Life insurance for most people is about easing the transition to a new life for a family when a spouse passes away. The most important aspect of that new life, the most important thing to replace for the long haul, is not money or a paycheck. It’s relationships. This must not be forgotten when making a decision about how much insurance to buy.
I think people can fall prey to buying insurance in very large amounts under the misguided assumption that a spouse can be “replaced.” Most people would not state it that way overtly. But the thinking is insidious. And the wisest among us recognize how easy it can be to place more confidence in money and things than on people and lives.
In my opinion, buyers of insurance should be careful to not buy an amount of insurance that will insulate the surviving spouse against new relational attachments that are necessary for moving forward in life. I have seen this play out in very practical ways: sometimes bereaved and mourning spouses don’t start “living again” until they return to society and the workforce. And sometimes that doesn’t happen . . . until the money starts to run out.
So, practically speaking, perhaps you decide (together) that buying an amount of insurance that plans for a return to work for the surviving spouse is not only acceptable . . . but advisable. Perhaps in doing so you are planting a seed of confidence and faith that meaningful life – new life – can and will go on. New jobs, new relationships, and even new homes can be profound experiences of moving forward. I’m not saying that is what you should do, or what you should plan for; however, I’m saying that it’s a way of thinking about risk management that is perfectly acceptable.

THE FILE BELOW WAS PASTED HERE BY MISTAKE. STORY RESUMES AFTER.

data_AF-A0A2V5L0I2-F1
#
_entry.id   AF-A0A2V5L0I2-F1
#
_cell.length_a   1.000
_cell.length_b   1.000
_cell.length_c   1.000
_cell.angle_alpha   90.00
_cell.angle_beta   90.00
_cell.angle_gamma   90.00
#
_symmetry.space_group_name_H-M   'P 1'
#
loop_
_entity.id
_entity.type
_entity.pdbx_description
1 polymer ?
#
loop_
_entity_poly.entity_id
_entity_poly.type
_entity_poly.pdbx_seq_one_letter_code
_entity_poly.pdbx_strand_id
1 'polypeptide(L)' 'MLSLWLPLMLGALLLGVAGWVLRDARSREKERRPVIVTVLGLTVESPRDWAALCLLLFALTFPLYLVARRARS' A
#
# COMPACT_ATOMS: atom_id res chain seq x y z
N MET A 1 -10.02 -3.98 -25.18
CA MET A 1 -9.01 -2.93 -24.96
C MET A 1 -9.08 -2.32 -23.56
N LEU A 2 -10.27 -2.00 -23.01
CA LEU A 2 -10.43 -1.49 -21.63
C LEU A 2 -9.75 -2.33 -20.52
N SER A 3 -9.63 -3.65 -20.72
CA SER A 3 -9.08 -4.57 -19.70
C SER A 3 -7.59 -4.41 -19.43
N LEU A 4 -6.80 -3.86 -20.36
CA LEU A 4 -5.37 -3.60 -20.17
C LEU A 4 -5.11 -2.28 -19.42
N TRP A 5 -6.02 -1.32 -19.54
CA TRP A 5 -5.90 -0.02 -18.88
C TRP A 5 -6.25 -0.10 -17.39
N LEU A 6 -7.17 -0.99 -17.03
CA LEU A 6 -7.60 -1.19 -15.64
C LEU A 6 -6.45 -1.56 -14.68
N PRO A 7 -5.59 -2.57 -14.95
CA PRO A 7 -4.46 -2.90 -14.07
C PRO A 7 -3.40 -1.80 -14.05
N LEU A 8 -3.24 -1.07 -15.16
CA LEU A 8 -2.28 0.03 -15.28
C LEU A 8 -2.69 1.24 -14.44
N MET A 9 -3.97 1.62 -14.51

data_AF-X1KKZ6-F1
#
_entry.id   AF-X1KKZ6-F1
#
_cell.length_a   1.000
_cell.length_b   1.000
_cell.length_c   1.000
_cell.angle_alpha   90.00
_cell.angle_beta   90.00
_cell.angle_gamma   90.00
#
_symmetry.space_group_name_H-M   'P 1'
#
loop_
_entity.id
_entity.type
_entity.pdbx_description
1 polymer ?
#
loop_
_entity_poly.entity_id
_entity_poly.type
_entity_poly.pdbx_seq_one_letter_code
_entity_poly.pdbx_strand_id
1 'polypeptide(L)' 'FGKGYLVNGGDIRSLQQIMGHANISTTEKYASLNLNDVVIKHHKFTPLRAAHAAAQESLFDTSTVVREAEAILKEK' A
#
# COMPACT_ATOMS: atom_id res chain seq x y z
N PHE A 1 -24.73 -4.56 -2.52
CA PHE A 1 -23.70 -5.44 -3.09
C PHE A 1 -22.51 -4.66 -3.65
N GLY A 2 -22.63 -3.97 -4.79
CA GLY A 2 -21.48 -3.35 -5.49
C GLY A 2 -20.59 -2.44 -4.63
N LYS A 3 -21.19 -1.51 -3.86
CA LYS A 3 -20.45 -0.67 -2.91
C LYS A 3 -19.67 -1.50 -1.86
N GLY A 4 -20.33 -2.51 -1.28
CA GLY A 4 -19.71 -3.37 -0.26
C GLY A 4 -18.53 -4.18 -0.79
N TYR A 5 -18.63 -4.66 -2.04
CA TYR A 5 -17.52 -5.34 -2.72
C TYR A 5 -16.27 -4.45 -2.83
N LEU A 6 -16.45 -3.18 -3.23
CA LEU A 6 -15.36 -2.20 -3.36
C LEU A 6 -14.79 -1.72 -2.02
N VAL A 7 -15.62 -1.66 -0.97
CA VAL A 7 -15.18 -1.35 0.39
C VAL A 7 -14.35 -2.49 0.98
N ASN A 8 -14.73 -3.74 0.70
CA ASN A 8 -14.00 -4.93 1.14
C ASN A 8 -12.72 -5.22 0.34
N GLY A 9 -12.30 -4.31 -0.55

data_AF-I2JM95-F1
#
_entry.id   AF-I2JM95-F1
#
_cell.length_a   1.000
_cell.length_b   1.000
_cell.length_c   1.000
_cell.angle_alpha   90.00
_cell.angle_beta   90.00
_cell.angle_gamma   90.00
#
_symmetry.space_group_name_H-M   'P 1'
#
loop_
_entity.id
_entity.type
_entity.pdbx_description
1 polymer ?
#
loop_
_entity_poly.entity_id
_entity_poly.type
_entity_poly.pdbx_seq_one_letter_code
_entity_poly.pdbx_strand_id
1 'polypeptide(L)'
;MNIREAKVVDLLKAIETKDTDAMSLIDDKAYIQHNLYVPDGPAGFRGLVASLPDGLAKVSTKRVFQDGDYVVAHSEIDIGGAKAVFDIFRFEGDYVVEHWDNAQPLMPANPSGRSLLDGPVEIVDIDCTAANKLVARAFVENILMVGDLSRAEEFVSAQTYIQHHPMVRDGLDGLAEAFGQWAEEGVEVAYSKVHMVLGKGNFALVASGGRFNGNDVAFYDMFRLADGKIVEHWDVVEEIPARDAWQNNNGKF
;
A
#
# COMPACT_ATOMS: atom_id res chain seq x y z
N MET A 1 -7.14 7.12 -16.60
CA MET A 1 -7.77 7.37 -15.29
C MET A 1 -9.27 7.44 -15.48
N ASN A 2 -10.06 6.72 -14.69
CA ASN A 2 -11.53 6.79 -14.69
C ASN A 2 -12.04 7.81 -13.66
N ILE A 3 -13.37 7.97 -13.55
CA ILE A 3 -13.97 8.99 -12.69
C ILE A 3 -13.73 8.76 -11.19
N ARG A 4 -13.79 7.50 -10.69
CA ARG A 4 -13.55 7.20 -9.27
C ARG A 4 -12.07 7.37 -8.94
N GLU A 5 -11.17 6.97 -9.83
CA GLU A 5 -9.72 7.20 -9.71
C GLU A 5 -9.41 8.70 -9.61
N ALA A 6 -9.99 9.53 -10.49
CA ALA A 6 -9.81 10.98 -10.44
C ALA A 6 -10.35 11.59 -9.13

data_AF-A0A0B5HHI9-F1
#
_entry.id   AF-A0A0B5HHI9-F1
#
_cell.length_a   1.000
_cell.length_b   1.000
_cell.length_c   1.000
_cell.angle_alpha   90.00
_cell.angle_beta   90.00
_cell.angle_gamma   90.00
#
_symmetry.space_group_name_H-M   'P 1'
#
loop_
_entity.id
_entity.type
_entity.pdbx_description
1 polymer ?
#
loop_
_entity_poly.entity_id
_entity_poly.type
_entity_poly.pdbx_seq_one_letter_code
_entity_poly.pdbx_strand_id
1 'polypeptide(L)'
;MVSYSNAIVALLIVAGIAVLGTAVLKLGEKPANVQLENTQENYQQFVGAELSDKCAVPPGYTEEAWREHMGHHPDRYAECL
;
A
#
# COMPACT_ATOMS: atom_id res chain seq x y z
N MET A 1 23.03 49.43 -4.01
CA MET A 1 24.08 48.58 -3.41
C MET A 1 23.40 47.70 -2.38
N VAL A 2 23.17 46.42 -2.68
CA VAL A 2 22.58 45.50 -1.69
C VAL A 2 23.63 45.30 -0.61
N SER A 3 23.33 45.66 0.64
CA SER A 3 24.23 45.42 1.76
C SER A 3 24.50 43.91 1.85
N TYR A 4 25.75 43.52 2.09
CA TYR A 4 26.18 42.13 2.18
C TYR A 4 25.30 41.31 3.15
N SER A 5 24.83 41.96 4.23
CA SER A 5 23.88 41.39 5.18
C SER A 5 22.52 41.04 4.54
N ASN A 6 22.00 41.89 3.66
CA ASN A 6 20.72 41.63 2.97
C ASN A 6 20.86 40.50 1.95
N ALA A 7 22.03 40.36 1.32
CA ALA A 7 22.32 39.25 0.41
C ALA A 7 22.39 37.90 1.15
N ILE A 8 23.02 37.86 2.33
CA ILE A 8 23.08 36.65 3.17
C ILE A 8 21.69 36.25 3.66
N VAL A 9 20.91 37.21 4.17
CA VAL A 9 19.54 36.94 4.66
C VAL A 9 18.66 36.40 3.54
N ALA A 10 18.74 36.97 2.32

The important thing, above all else, when deciding on the amount of coverage . . . is to be on the same page with those you will leave behind. Let there be no surprises.
Lastly, it bears mentioning that certain studies have documented a positive correlation between life insurance ownership and suicide. This is because all life insurance policies, provided they are owned long enough (in most states, only two years) will pay full death benefits in the event of suicide.
So, if there is any history of mental illness in a proposed insured’s life or in the life of his/her family, great caution should be used when determining the amount of life insurance. It would be far better to buy an amount of insurance that errs on the low side than to discover, after the fact, that you’d bought a large amount of coverage that tempted a confused, down-on-his/her-luck loved one to permanently decide he/she was worth more dead than alive.
This has happened far more often than the life insurance industry will ever admit – it would be terrible for sales to put this out there. But it does happen.